I worked with a leading artificial intelligence company that creates intelligent experiences for customers and employees to discover more about how this growing technology fits into our lives.
The primary goal in this study was to find out how far personalization can go before it is too personal. The aim in this is to understand the context and beliefs of people around what amount of information is excessive or intrusive for anyone or thing to know about them and why those people hold such beliefs. The secondary goal is to explore how people look for and receive help and what methods they use to solve their problems.
From this research emerged three themes.
The Bottom Line
In this realm of artificial intelligence there are a wealth of opportunities to make the experience of receiving assistance pleasant and efficient. Efficiency is a large part of the experience and providing immediate delivery of service is essential. If the phone is going to be faster, inform individuals to call instead of using online services. People want to control when and how they receive help to make it work for their own agenda and this control extends to customizing their personal privacy settings.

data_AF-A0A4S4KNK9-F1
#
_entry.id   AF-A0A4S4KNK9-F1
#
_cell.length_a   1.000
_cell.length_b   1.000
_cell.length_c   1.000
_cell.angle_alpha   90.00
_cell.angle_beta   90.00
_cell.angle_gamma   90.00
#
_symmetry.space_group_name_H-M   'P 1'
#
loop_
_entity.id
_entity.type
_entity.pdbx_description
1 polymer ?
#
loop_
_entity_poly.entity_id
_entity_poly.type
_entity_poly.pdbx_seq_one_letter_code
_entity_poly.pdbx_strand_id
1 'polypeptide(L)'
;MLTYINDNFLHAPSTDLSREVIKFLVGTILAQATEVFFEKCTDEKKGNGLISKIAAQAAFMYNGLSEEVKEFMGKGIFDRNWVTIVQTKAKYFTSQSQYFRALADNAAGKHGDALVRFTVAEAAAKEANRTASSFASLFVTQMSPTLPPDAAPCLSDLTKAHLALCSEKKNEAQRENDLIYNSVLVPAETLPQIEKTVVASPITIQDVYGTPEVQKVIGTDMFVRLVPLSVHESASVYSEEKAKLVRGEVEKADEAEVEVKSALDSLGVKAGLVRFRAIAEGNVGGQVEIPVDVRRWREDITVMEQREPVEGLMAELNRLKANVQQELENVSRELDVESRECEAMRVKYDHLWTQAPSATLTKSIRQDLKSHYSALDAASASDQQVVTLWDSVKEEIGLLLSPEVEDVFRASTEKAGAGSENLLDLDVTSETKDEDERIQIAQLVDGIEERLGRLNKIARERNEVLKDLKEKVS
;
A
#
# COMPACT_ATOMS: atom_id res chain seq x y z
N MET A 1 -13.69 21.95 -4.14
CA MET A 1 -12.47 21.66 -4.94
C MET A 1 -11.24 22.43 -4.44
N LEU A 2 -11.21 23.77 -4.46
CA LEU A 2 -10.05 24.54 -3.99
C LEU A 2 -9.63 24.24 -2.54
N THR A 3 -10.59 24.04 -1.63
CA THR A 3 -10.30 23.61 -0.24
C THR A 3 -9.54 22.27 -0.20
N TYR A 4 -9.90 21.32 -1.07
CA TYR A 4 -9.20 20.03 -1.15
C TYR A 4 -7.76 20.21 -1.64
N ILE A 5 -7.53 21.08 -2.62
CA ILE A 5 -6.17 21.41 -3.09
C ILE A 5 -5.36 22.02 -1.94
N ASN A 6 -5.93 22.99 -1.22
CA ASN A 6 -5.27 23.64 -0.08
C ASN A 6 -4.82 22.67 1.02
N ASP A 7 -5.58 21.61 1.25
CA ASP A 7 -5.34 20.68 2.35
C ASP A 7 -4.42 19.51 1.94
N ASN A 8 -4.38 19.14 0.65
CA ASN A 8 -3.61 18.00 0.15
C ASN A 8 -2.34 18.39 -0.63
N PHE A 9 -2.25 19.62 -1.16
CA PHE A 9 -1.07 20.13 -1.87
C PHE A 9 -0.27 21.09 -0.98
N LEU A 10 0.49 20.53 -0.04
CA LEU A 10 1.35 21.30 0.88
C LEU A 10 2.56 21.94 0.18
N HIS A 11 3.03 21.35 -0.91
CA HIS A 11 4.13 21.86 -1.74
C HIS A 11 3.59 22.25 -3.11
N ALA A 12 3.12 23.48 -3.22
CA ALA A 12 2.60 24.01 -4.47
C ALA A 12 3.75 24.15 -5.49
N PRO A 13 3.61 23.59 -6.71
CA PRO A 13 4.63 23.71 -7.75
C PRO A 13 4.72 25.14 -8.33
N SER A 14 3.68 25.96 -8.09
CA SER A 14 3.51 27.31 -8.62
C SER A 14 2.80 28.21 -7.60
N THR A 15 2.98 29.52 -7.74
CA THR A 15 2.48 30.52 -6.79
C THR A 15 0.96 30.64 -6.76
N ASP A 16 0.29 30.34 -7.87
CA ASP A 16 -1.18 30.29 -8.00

Allowing people to customize the level of help and explaining the associated privacy implications with each level is a way to build trust and provide desired services. Let people control what they are sharing and inform them of how their data is being used, as transparency is greatly valued in all aspects of the experiences with artificial intelligence. There is also a point about pushing unsolicited help to people in that the timing of that help does not necessarily need to be relevant and at times it should in fact be randomized.
Card Sorting Activity
In this exercise please order these scenario cards from what you consider to be the most intrusive and least intrusive to your privacy. Next, I will ask you to order these in terms of being the most helpful to least helpful.
Questions Shown On Cards:
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